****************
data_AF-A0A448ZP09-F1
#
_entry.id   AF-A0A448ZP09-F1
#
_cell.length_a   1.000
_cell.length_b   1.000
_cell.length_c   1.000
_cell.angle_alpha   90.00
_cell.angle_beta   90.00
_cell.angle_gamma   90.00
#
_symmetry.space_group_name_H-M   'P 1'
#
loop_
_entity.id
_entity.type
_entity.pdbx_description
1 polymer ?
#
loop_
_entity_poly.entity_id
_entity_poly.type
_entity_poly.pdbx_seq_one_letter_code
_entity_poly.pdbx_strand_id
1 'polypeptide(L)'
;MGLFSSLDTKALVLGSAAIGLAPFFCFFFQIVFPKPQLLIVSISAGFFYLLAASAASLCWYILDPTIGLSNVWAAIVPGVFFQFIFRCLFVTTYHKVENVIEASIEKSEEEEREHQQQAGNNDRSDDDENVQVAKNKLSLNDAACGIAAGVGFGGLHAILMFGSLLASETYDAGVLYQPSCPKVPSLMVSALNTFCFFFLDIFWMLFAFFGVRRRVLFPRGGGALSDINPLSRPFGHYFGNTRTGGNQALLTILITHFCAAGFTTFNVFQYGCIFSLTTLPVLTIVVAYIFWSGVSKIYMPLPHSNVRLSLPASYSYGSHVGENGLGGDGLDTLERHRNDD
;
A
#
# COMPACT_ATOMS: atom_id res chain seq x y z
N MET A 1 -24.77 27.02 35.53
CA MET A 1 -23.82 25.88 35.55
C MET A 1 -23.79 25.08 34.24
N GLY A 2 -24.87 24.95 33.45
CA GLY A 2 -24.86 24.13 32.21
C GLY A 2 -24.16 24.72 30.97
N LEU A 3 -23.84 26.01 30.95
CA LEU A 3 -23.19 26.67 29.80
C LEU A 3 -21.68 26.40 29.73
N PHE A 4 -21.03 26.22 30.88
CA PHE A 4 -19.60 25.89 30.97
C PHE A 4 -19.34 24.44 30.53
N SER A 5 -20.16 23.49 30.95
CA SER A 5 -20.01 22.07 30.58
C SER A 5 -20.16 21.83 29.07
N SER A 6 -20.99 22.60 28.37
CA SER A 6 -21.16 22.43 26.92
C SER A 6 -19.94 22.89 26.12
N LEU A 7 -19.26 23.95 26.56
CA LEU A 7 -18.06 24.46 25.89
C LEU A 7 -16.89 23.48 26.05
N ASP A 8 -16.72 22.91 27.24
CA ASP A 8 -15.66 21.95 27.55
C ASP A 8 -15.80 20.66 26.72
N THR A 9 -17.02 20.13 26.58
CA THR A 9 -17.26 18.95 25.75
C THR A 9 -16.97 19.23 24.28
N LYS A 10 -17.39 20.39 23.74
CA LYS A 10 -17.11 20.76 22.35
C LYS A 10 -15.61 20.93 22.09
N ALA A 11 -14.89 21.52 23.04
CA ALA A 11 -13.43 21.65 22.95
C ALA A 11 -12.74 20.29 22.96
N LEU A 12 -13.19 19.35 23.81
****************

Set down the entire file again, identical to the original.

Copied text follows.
data_AF-A0A448ZP09-F1
#
_entry.id   AF-A0A448ZP09-F1
#
_cell.length_a   1.000
_cell.length_b   1.000
_cell.length_c   1.000
_cell.angle_alpha   90.00
_cell.angle_beta   90.00
_cell.angle_gamma   90.00
#
_symmetry.space_group_name_H-M   'P 1'
#
loop_
_entity.id
_entity.type
_entity.pdbx_description
1 polymer ?
#
loop_
_entity_poly.entity_id
_entity_poly.type
_entity_poly.pdbx_seq_one_letter_code
_entity_poly.pdbx_strand_id
1 'polypeptide(L)'
;MGLFSSLDTKALVLGSAAIGLAPFFCFFFQIVFPKPQLLIVSISAGFFYLLAASAASLCWYILDPTIGLSNVWAAIVPGVFFQFIFRCLFVTTYHKVENVIEASIEKSEEEEREHQQQAGNNDRSDDDENVQVAKNKLSLNDAACGIAAGVGFGGLHAILMFGSLLASETYDAGVLYQPSCPKVPSLMVSALNTFCFFFLDIFWMLFAFFGVRRRVLFPRGGGALSDINPLSRPFGHYFGNTRTGGNQALLTILITHFCAAGFTTFNVFQYGCIFSLTTLPVLTIVVAYIFWSGVSKIYMPLPHSNVRLSLPASYSYGSHVGENGLGGDGLDTLERHRNDD
;
A
#
# COMPACT_ATOMS: atom_id res chain seq x y z
N MET A 1 -24.77 27.02 35.53
CA MET A 1 -23.82 25.88 35.55
C MET A 1 -23.79 25.08 34.24
N GLY A 2 -24.87 24.95 33.45
CA GLY A 2 -24.86 24.13 32.21
C GLY A 2 -24.16 24.72 30.97
N LEU A 3 -23.84 26.01 30.95
CA LEU A 3 -23.19 26.67 29.80
C LEU A 3 -21.68 26.40 29.73
N PHE A 4 -21.03 26.22 30.88
CA PHE A 4 -19.60 25.89 30.97
C PHE A 4 -19.34 24.44 30.53
N SER A 5 -20.16 23.49 30.95
CA SER A 5 -20.01 22.07 30.58
C SER A 5 -20.16 21.83 29.07
N SER A 6 -20.99 22.60 28.37
CA SER A 6 -21.16 22.43 26.92
C SER A 6 -19.94 22.89 26.12
N LEU A 7 -19.26 23.95 26.56
CA LEU A 7 -18.06 24.46 25.89
C LEU A 7 -16.89 23.48 26.05
N ASP A 8 -16.72 22.91 27.24
CA ASP A 8 -15.66 21.95 27.55
C ASP A 8 -15.80 20.66 26.72
N THR A 9 -17.02 20.13 26.58
CA THR A 9 -17.26 18.95 25.75
C THR A 9 -16.97 19.23 24.28
N LYS A 10 -17.39 20.39 23.74
CA LYS A 10 -17.11 20.76 22.35
C LYS A 10 -15.61 20.93 22.09
N ALA A 11 -14.89 21.52 23.04
CA ALA A 11 -13.43 21.65 22.95
C ALA A 11 -12.74 20.29 22.96
N LEU A 12 -13.19 19.35 23.81